"But that is one element only among the events causing Moko's death for which she is culpable," he said.
"It cannot seriously be said to be causative of the other major elements: Moko's head injuries and the failure to obtain medical assistance."
Justice Kos ruled that Shailer's mental health disorders "did not materially diminish her culpability for her offending and therefore do not reduce the starting point of her sentence".
The second point was whether Haerewa's participation materially diminished his culpability.
Haerewa claimed Shailer was the main instigator of the violence towards Moko and he was merely a "secondary party" and Justice Katz should have acknowledged that.
However, Justice Kos said Justice Katz was right not to draw a distinction between the killers.
"By no means could Mr Haerewa's involvement be described as "secondary"," Justice Kos said.
"The summary of facts, accepted by both the appellants, identifies three fundamental causes of death.
"One was the stomping, and for that Ms Shailer was primarily responsible, subject to the qualifications identified by the Judge. Secondly, the head injury to Moko that caused brain swelling. For that Mr Haerewa must take every bit as much responsibility as Ms Shailer. Thirdly, the failure to get Moko medical attention. The same observation applies."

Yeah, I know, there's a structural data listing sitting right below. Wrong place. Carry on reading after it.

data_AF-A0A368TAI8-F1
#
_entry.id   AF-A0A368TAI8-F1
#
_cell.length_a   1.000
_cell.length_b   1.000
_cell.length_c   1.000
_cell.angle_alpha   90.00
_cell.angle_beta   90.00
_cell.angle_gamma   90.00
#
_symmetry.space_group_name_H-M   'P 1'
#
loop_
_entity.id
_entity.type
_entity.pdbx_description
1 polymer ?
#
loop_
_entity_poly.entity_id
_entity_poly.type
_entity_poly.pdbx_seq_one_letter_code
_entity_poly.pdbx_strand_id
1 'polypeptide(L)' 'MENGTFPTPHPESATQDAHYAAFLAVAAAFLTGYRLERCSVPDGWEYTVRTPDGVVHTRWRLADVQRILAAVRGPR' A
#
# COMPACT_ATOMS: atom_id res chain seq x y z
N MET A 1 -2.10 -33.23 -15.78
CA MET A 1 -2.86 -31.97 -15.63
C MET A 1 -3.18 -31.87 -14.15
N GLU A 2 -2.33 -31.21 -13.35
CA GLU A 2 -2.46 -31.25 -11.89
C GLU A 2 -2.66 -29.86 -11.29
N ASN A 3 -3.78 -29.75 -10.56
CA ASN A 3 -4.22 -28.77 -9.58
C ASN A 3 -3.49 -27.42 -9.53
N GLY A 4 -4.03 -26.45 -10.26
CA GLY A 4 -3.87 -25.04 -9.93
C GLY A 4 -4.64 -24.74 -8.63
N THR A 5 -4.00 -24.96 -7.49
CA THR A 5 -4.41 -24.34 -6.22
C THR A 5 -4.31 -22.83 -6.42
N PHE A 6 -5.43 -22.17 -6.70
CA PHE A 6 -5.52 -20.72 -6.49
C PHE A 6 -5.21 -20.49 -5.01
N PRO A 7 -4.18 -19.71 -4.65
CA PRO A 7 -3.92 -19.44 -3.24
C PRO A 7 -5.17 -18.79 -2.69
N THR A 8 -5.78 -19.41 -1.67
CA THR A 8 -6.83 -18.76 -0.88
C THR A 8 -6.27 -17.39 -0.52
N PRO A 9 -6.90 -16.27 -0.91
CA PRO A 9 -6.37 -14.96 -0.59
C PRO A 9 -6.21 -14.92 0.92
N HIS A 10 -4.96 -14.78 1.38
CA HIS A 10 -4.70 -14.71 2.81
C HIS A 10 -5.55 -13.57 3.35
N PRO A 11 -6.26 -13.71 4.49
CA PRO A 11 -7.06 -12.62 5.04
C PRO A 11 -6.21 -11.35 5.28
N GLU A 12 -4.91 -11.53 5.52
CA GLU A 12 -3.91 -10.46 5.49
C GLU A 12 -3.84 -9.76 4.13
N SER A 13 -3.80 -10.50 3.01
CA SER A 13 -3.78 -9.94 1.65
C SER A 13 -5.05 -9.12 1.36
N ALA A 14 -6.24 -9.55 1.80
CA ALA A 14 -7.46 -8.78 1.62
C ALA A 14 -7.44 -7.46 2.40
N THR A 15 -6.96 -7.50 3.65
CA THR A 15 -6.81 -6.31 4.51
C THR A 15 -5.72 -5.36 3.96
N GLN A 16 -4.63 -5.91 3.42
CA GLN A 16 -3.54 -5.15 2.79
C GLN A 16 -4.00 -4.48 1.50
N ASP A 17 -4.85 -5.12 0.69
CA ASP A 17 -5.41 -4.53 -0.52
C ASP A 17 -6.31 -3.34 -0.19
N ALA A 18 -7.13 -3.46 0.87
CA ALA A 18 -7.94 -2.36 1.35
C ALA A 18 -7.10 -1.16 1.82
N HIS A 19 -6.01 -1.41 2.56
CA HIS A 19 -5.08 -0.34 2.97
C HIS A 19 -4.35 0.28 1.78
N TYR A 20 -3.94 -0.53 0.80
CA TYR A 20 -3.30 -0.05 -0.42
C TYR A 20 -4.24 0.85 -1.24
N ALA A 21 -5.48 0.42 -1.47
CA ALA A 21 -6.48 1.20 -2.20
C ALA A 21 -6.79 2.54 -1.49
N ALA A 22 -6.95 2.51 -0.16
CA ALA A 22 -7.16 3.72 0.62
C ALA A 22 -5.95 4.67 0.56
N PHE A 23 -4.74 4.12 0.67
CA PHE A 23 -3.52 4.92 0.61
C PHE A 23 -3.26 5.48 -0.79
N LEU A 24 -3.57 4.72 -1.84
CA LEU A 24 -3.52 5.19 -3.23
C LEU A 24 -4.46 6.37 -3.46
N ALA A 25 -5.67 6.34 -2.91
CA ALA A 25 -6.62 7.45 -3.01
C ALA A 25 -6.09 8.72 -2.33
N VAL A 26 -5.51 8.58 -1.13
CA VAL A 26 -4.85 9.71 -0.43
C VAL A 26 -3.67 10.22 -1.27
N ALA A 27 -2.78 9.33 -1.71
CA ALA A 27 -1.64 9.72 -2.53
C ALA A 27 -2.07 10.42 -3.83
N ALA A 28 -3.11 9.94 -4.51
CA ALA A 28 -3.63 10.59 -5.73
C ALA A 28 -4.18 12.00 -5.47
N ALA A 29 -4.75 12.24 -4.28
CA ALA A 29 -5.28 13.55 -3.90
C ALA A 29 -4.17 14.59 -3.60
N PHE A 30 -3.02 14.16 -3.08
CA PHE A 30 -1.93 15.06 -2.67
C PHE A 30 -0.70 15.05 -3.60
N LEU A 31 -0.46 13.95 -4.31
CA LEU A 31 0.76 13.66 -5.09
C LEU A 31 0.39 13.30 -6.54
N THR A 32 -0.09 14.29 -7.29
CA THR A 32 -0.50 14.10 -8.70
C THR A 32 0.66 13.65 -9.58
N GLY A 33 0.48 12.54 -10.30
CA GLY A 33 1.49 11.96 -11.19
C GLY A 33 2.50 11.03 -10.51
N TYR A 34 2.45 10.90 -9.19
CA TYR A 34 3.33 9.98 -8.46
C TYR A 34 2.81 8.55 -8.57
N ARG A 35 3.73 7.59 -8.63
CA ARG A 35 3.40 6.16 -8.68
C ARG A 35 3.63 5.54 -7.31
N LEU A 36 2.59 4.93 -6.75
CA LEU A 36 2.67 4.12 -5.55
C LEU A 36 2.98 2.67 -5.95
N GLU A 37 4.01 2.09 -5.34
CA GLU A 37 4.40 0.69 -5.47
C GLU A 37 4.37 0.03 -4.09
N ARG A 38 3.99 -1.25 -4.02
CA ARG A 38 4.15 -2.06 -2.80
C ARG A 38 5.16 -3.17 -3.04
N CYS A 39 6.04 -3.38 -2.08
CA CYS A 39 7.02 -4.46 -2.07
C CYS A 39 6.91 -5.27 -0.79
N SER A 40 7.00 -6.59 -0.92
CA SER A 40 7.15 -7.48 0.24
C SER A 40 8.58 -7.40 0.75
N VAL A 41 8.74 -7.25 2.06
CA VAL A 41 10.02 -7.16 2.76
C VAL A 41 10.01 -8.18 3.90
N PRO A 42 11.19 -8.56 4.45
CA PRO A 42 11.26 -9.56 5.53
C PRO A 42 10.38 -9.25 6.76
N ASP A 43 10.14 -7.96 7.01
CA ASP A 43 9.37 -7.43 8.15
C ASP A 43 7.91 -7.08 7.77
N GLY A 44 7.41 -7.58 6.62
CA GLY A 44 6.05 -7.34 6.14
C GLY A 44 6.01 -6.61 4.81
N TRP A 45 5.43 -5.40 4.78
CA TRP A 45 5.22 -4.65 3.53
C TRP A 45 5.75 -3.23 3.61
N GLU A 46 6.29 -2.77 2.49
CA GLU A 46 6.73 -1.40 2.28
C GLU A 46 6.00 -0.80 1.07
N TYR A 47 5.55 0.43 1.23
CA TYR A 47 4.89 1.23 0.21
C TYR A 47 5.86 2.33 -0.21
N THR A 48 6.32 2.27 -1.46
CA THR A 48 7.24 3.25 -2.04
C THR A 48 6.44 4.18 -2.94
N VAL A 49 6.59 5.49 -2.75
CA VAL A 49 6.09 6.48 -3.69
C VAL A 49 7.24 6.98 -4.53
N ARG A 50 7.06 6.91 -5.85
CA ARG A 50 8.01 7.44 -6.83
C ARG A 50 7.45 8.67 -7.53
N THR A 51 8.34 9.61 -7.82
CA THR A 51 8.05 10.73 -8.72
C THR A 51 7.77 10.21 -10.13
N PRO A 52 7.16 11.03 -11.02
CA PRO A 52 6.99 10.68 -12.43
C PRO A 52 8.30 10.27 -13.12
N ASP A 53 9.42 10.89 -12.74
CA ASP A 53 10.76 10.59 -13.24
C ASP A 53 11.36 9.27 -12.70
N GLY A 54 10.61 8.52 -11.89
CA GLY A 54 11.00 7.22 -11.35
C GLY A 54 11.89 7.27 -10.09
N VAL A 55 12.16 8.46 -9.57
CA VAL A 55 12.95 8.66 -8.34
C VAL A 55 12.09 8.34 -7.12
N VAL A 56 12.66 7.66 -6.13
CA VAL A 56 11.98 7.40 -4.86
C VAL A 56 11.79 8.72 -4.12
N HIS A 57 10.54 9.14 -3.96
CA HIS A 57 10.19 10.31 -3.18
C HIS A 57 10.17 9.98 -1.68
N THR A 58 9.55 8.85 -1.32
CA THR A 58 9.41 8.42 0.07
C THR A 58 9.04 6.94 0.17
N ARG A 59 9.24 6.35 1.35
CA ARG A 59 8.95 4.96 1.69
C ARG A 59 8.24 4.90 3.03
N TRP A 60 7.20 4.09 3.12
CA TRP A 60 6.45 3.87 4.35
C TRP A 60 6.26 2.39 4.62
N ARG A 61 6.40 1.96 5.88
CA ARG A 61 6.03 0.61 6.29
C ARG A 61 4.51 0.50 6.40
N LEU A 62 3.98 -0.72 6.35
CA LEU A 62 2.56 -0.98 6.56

The Court of Appeal therefore rejected Haerewa's argument.
The third point of appeal was whether the offending was "within the most serious of cases" of manslaughter.
The couple were initially charged with murder but that was later reduced and they pleaded guilty to manslaguther.
Given it was impossible to tell which injury killed Moko, a murder charge would have been extremely hard for the Crown to prove.
Justice Kos pointed out that Moko was beaten persistently, and bitten on a number of occasions.
His death was the result of "a joint enterprise perpetrated over a period of weeks leading up to the killing of a defenceless child by a caregiver".
Justice Kos said the case "had to be viewed by the Courts at least as (and probably more) seriously than a single extreme assault on an adult".
"This case is among the most serious cases of manslaughter," he ruled.
The fifth appeal point was whether sentence discounts for Shailer and Haerewa's personal mitigating circumstances were adequate.
That point also failed: Justice Kos ruled that neither sentence could "conceivably be described as manifestly excessive".
Justice Kos also dismissed the final point of the appeal - whether the minimum period of imprisonment too high - ruling "we are not persuaded that the sentencing Judge erred".
"The duration, cruelty and physical depravity of this offending by two adults acting together against a defenceless 3-year-old child placed it within the most serious of cases for which the penalty of life imprisonment is prescribed.
"All the recognised sentencing principles called for a term of imprisonment which reflected society's denunciation.
"Ms Shailer and Mr Haerewa can count themselves fortunate that they were not sentenced to life imprisonment."